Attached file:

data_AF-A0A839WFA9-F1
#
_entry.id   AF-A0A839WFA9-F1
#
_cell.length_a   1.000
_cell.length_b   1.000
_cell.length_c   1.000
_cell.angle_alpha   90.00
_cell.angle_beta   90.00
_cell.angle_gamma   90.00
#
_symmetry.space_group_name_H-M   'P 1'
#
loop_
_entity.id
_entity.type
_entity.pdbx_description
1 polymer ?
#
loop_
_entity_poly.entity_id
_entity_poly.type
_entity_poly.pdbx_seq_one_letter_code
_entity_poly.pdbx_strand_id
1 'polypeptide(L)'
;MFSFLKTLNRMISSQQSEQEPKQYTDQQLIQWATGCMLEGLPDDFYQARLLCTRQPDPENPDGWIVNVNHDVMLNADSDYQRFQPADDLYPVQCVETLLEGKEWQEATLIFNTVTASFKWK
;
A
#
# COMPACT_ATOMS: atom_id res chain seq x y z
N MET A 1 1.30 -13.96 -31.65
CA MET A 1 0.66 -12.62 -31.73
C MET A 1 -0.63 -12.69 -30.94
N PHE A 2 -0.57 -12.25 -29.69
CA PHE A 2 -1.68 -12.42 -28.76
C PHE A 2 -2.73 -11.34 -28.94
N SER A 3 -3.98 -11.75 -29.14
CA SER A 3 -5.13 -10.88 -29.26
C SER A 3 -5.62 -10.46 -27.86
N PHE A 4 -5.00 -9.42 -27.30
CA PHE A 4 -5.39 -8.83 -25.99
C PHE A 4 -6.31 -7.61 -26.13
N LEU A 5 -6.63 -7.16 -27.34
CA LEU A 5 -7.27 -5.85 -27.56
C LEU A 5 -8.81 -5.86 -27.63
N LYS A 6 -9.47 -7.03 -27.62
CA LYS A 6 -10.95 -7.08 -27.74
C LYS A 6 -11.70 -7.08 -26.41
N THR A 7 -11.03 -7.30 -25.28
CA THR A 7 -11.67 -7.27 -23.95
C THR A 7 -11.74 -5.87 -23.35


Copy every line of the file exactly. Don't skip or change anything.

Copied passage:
data_AF-A0A839WFA9-F1
#
_entry.id   AF-A0A839WFA9-F1
#
_cell.length_a   1.000
_cell.length_b   1.000
_cell.length_c   1.000
_cell.angle_alpha   90.00
_cell.angle_beta   90.00
_cell.angle_gamma   90.00
#
_symmetry.space_group_name_H-M   'P 1'
#
loop_
_entity.id
_entity.type
_entity.pdbx_description
1 polymer ?
#
loop_
_entity_poly.entity_id
_entity_poly.type
_entity_poly.pdbx_seq_one_letter_code
_entity_poly.pdbx_strand_id
1 'polypeptide(L)'
;MFSFLKTLNRMISSQQSEQEPKQYTDQQLIQWATGCMLEGLPDDFYQARLLCTRQPDPENPDGWIVNVNHDVMLNADSDYQRFQPADDLYPVQCVETLLEGKEWQEATLIFNTVTASFKWK
;
A
#
# COMPACT_ATOMS: atom_id res chain seq x y z
N MET A 1 1.30 -13.96 -31.65
CA MET A 1 0.66 -12.62 -31.73
C MET A 1 -0.63 -12.69 -30.94
N PHE A 2 -0.57 -12.25 -29.69
CA PHE A 2 -1.68 -12.42 -28.76
C PHE A 2 -2.73 -11.34 -28.94
N SER A 3 -3.98 -11.75 -29.14
CA SER A 3 -5.13 -10.88 -29.26
C SER A 3 -5.62 -10.46 -27.86
N PHE A 4 -5.00 -9.42 -27.30
CA PHE A 4 -5.39 -8.83 -25.99
C PHE A 4 -6.31 -7.61 -26.13
N LEU A 5 -6.63 -7.16 -27.34
CA LEU A 5 -7.27 -5.85 -27.56
C LEU A 5 -8.81 -5.86 -27.63
N LYS A 6 -9.47 -7.03 -27.62
CA LYS A 6 -10.95 -7.08 -27.74
C LYS A 6 -11.70 -7.08 -26.41
N THR A 7 -11.03 -7.30 -25.28
CA THR A 7 -11.67 -7.27 -23.95
C THR A 7 -11.74 -5.87 -23.35